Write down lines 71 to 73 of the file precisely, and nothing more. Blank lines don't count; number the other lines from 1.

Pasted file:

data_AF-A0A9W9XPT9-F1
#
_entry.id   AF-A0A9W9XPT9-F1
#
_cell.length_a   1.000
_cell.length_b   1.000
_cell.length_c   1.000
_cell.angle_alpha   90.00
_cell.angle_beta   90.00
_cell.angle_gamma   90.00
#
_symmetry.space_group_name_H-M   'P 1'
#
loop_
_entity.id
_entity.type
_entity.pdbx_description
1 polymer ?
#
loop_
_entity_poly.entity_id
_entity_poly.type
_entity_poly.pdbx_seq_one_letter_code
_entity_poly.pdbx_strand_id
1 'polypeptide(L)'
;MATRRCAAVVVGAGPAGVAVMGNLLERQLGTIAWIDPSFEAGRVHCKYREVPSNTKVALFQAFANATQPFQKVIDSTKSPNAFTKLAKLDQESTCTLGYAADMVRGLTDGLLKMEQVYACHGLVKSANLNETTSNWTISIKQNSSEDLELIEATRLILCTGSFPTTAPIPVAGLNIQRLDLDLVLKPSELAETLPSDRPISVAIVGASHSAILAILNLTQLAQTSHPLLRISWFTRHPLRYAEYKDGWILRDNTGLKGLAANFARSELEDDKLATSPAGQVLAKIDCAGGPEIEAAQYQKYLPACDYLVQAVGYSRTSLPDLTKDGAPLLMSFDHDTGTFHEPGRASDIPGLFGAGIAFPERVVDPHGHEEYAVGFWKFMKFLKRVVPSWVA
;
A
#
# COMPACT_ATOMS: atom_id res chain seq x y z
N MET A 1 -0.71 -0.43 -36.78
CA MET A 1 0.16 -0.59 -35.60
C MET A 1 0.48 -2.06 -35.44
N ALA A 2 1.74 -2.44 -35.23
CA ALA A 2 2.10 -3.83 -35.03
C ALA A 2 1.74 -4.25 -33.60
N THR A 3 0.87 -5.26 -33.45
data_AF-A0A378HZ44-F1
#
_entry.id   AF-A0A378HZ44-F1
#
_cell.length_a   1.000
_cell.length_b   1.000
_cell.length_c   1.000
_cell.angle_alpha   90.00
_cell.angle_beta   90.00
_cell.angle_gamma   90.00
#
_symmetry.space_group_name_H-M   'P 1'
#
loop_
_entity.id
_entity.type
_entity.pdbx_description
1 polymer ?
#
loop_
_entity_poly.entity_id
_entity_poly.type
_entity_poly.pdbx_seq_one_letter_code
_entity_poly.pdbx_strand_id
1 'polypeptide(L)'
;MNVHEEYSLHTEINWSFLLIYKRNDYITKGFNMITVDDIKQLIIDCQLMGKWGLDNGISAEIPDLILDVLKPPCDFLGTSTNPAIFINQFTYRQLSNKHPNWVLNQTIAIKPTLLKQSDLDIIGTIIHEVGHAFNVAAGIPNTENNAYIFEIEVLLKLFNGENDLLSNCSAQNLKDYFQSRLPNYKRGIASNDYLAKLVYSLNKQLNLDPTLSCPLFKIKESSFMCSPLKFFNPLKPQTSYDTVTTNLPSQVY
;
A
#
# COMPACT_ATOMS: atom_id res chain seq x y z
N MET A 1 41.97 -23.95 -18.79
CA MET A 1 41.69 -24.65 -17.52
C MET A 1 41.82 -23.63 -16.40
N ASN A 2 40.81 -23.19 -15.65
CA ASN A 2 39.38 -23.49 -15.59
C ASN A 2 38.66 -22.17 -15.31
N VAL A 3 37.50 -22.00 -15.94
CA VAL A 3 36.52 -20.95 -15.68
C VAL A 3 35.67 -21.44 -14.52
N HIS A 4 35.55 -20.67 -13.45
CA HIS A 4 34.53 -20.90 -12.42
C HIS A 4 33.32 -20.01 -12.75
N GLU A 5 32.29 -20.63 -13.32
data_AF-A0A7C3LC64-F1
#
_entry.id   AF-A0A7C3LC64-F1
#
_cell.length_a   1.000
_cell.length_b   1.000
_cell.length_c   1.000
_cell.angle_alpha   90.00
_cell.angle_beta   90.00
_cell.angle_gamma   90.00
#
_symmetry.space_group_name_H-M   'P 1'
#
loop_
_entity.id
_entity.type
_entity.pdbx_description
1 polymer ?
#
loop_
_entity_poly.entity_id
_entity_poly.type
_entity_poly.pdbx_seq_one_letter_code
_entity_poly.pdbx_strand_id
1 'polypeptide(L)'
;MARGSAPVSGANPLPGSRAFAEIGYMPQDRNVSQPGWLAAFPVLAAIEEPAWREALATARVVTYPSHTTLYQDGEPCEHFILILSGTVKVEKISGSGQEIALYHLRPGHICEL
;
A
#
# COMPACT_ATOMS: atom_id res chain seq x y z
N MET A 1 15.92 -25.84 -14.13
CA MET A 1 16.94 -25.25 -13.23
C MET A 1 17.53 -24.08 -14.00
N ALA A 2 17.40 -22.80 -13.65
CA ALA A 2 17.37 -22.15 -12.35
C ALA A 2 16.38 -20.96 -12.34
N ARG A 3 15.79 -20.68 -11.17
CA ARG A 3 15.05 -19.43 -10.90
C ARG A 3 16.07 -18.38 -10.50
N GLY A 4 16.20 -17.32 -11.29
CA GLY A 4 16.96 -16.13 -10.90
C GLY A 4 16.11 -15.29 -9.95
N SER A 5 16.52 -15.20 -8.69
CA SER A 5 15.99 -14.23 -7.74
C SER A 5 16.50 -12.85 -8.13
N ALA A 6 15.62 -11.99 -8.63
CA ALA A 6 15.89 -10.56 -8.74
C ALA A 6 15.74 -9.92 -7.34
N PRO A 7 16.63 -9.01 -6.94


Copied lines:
N ASN A 2 40.81 -23.19 -15.65
CA ASN A 2 39.38 -23.49 -15.59
C ASN A 2 38.66 -22.17 -15.31